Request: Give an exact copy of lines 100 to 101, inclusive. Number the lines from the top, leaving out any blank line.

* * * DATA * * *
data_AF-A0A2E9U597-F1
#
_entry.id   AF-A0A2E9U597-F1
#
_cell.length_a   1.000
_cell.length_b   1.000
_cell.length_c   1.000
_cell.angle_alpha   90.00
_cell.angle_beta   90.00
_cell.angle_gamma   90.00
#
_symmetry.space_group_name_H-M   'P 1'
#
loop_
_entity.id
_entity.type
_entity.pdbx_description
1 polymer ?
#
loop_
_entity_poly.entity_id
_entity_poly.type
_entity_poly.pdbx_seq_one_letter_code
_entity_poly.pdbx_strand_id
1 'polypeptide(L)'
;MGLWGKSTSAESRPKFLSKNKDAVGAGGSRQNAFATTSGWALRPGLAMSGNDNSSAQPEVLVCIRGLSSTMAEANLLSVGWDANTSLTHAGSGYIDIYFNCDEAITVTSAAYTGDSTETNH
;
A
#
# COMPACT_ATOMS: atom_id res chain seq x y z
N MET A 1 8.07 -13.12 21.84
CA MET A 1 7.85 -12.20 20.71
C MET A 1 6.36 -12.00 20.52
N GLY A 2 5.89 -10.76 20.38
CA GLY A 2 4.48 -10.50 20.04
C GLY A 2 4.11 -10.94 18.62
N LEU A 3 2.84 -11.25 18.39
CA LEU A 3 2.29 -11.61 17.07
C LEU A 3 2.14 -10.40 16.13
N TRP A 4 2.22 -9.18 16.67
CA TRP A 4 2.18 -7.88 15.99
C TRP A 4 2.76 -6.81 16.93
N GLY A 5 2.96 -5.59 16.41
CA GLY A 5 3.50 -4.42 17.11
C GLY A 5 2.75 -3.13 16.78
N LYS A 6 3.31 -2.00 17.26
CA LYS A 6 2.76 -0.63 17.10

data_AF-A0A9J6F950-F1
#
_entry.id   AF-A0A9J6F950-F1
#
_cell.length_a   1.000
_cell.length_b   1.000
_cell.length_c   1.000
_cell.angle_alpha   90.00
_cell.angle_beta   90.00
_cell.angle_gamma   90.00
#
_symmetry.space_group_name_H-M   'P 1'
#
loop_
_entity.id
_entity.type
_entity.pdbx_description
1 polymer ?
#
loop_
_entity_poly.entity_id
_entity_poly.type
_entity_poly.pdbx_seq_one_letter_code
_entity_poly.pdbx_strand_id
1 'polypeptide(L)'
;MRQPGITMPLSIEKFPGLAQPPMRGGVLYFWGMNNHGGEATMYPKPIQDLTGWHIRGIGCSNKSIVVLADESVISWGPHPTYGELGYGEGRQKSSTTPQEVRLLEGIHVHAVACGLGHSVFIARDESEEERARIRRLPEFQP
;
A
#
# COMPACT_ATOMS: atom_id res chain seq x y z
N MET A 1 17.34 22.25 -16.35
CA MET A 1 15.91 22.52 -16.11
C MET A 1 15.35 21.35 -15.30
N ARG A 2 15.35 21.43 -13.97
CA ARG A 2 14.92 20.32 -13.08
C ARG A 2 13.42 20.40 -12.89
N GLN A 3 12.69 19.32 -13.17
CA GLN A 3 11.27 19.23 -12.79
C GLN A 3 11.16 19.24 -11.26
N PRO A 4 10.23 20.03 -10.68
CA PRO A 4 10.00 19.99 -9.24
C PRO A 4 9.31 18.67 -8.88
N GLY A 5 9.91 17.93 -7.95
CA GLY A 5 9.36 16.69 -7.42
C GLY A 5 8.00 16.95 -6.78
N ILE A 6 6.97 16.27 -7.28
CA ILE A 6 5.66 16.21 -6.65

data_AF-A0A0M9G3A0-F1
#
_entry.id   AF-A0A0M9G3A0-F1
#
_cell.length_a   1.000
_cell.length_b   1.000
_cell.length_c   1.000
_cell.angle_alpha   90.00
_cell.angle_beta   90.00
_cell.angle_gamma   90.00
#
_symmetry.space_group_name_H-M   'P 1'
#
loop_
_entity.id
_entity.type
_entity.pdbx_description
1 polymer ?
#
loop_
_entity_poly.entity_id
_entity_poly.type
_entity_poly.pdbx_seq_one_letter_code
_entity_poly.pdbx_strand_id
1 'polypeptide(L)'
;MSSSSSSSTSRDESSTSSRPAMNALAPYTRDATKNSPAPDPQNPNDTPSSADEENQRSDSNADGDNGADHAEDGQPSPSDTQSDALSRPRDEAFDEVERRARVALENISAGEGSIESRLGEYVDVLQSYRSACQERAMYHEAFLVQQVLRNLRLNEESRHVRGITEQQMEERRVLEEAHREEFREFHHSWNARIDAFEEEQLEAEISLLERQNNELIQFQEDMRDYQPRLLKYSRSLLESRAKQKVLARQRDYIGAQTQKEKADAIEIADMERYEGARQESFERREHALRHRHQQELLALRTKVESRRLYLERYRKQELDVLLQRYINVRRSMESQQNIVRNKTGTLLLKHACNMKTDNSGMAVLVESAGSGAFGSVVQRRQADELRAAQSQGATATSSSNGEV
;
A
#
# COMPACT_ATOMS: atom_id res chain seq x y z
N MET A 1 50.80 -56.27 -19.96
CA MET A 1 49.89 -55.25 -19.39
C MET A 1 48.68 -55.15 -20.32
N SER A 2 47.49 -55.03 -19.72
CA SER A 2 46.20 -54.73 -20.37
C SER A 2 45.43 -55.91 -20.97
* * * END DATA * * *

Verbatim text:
_cell.length_b   1.000
_cell.length_c   1.000